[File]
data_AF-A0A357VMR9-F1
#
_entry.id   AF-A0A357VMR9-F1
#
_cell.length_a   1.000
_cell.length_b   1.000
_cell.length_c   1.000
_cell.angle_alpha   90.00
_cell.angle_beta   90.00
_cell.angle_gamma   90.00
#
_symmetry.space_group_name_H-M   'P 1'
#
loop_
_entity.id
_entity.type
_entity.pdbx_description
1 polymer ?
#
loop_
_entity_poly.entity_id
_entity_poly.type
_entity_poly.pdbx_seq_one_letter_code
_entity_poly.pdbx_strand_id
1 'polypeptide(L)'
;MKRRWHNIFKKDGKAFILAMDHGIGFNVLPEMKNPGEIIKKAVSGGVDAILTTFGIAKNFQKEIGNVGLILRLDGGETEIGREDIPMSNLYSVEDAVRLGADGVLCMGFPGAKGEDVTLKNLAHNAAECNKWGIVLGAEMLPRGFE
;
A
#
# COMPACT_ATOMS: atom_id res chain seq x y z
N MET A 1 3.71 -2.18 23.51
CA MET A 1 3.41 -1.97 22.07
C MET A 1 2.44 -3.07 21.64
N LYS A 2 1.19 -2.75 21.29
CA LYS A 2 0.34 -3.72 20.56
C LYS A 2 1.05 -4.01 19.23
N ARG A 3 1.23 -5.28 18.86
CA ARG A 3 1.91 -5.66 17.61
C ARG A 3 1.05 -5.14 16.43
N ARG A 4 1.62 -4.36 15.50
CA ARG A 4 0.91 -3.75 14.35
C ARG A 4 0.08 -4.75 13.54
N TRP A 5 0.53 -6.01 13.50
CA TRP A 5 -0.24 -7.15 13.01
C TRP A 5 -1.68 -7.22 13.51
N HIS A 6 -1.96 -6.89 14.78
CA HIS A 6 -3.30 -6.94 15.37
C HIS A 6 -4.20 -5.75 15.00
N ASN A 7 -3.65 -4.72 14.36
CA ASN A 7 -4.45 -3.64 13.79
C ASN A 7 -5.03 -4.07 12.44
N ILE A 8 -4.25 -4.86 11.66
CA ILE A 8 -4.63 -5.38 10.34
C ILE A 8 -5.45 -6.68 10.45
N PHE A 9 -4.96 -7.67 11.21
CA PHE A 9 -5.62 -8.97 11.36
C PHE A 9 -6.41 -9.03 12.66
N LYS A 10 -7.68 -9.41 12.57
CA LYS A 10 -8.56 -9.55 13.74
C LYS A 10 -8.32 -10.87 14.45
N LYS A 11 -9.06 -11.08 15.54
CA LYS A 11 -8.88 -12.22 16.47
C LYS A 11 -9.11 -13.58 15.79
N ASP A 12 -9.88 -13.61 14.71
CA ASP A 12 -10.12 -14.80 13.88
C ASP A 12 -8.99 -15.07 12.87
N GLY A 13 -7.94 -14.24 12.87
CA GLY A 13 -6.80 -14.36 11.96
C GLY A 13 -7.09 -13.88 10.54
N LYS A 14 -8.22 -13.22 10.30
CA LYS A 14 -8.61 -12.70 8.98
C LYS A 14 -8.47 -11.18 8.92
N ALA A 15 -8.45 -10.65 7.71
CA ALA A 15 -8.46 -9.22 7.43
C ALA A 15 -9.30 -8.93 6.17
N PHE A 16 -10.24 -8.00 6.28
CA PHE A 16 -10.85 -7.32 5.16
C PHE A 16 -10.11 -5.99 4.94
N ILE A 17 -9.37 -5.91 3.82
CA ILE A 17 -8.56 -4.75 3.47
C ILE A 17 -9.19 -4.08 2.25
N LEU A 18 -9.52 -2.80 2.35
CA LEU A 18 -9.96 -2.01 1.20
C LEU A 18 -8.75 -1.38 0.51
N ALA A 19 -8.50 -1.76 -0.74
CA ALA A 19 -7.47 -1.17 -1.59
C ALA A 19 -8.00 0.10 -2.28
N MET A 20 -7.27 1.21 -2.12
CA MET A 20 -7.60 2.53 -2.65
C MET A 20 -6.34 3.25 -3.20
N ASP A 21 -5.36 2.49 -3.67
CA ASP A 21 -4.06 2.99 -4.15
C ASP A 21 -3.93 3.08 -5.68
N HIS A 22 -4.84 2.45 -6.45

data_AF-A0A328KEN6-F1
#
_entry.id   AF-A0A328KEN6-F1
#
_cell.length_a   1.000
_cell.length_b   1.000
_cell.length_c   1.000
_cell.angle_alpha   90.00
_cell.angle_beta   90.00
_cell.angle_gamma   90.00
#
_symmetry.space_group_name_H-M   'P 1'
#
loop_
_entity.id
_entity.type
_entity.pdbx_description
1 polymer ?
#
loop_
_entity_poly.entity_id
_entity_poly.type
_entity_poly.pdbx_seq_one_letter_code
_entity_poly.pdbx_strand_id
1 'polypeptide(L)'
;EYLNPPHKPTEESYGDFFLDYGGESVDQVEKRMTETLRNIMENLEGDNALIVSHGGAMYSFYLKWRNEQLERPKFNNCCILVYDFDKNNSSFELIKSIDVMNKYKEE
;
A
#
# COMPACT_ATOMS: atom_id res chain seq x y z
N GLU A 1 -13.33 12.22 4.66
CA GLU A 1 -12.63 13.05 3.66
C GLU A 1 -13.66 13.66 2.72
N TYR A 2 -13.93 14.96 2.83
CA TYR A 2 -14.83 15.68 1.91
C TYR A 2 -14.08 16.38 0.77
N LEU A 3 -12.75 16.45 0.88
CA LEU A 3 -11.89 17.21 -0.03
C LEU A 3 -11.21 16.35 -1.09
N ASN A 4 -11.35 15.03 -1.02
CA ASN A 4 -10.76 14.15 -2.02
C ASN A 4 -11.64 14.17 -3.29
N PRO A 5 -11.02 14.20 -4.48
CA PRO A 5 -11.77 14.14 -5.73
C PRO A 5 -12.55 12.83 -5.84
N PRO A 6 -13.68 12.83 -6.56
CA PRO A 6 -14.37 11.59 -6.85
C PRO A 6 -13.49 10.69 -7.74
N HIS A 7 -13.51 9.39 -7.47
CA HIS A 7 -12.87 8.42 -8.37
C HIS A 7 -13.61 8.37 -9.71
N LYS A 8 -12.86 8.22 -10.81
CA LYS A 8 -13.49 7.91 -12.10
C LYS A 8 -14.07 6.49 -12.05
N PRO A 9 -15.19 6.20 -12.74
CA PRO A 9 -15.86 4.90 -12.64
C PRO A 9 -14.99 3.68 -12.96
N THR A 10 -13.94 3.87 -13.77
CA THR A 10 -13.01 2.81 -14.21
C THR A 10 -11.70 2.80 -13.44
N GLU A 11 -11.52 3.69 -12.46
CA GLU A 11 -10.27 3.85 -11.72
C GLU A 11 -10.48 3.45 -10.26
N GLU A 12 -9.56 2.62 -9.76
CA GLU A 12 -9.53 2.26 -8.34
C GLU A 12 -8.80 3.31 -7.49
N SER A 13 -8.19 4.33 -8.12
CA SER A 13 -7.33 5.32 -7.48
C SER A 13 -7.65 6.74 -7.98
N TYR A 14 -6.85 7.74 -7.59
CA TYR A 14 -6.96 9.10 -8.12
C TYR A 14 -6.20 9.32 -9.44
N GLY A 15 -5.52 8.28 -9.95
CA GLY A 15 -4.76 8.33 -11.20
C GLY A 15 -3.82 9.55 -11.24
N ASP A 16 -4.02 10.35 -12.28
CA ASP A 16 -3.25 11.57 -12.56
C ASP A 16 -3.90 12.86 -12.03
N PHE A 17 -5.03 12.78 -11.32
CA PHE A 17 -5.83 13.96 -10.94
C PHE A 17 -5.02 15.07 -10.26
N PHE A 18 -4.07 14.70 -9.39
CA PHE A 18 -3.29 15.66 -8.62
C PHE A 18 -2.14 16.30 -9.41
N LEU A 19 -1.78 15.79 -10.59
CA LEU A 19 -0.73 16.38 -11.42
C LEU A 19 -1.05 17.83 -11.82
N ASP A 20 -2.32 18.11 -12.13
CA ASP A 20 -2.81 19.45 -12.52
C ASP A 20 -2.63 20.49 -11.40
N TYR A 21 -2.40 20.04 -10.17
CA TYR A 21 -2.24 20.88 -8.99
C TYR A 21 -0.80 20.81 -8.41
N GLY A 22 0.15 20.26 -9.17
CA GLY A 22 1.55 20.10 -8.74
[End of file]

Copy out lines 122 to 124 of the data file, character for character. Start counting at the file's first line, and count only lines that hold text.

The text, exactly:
A
#
# COMPACT_ATOMS: atom_id res chain seq x y z